Here are the artists and exhibitions to keep your eyes on this spooky month.
Rachel Uffner, New York
November 5 - December 23
Molly Zuckerman-Hartung’s works stem from what she calls a “fear of learning.” Her abstract paintings are assemblages of textures, pigments, and mediums—a deliberate experiment to counter her anxieties about somehow getting it wrong. Her latest show, "Learning Artist," opening November 5th at Rachel Uffner Gallery, addresses what she refers to as "being in the middle of something, a conversation, event, or crisis." Says Zuckerman-Hartung, "the problem with narratives is that they imply a beginning, a middle and end... I’m trying to denarrativize—to stay stuck in the middle of the muddle." Zuckerman-Hartung attempts to dismantle the viewer’s structural approach to elements of color, shape, language, and form. Having shown in the 2014 Whitney Biennial, the Walker Art Center, and MOCA Cleveland, this is the artist's first show at Rachel Uffner.
With a solo show at both the Andy Warhol Museum in Pittsburgh and Perrotin gallery in New York, Iranian-born and based artist Farhad Moshiri is simultaneaosly showing several bodies of work created over decades (in Pittsburgh) and a brand new series of works inspired by photography (in New York.) Moshiri is known for bridging high and low art, incorporating methods not traditionally viewed as intellectually valuable, such as embroidery and beading. Moshiri’s fifth solo exhibition at Perrotin, "Snow Forest" deals with themes of fiction and simulation, influenced by his move from Shiraz to Los Angeles following the Iranian Revolution. Living in the United States, Moshiri encountered pop, minimalism, and conceptualism, ideologies which he would carry with him as he returned to Iran in 1991. The artist’s work addresses the allure of Western pop culture influences juxtaposed with traditional, ornate artistic expressions in Iran. The works in "Snow Forest" consist of large-scale hand-embroidered and beaded canvases, depicting snow-covered trees during winter in Iran, calling to mind Abbas Kiarostami’s Snow Series, which the artist created after the Iranian revolution when he was banned from creating films in his native country. A departure from Moshiri’s previous work, bright, colorful portraits, Snow Forest is worth checking out for fans thirsty for some new, slightly more abstract eye-candy from the artist.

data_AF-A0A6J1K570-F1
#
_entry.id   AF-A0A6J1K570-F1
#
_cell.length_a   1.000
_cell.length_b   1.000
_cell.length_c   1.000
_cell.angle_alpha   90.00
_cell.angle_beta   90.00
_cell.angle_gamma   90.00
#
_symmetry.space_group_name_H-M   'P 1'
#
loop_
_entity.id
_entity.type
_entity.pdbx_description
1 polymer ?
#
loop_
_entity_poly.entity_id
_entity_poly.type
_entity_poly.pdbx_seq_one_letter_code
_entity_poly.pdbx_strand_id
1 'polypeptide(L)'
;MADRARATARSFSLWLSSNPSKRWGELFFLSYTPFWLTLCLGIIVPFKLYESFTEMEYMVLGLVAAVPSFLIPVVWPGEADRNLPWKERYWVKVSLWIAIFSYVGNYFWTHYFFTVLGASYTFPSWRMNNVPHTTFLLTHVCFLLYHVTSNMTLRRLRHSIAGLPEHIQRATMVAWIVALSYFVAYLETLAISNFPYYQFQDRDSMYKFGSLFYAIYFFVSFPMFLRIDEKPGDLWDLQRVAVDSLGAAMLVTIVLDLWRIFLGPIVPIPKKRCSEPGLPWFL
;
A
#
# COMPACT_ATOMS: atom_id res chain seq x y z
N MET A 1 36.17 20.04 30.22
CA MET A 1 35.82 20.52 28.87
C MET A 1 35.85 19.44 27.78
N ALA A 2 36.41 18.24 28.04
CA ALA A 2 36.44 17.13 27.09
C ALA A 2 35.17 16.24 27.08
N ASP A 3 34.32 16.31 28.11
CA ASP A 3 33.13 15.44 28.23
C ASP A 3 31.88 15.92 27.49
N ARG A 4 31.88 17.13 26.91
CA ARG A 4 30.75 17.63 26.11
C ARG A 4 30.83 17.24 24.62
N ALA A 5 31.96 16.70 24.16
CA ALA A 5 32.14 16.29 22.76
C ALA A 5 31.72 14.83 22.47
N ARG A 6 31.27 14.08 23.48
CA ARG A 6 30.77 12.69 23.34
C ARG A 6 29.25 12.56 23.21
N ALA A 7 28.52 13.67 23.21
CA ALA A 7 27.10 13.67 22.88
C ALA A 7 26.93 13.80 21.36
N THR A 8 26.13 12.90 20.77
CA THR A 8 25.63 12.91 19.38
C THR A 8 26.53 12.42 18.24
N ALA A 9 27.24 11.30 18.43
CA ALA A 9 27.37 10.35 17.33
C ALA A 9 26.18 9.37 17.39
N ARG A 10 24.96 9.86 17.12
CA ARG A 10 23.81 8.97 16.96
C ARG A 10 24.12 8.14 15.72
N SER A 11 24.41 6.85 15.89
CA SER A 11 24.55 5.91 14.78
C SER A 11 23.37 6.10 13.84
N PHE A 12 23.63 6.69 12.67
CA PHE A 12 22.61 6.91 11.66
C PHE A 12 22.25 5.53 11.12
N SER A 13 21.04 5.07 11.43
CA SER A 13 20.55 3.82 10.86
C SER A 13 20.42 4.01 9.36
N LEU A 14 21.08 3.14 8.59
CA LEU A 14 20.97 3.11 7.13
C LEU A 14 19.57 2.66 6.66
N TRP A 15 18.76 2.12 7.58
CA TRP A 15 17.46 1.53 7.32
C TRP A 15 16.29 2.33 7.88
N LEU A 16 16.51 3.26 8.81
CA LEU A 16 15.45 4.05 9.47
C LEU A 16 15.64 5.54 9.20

Known primarily for including household objects like clothing and furniture in her ceramic sculptures, Chicago-based artist Jessica Jackson Hutchins makes works that are playful and exploratory, though inherently emotional. Her current exhibition, "The People’s Cries," currently on view at Marianne Boesky Gallery, features 40-ft long stained glass skylights and sculptural floor pieces. The light refracts through the works, showering the space and other works with colored light. Inspired by visual modes of social resistance, such as song lyrics and protest signs, Hutchins's works serve as a response to the current political and social climate. Says Hutchins, “I believe it is part of my job to be able to expose a raw nerve to whatever our culture is suffering through and let all that into the work; the beauty and the pain and the outrage.” The works act as a beacon of hope.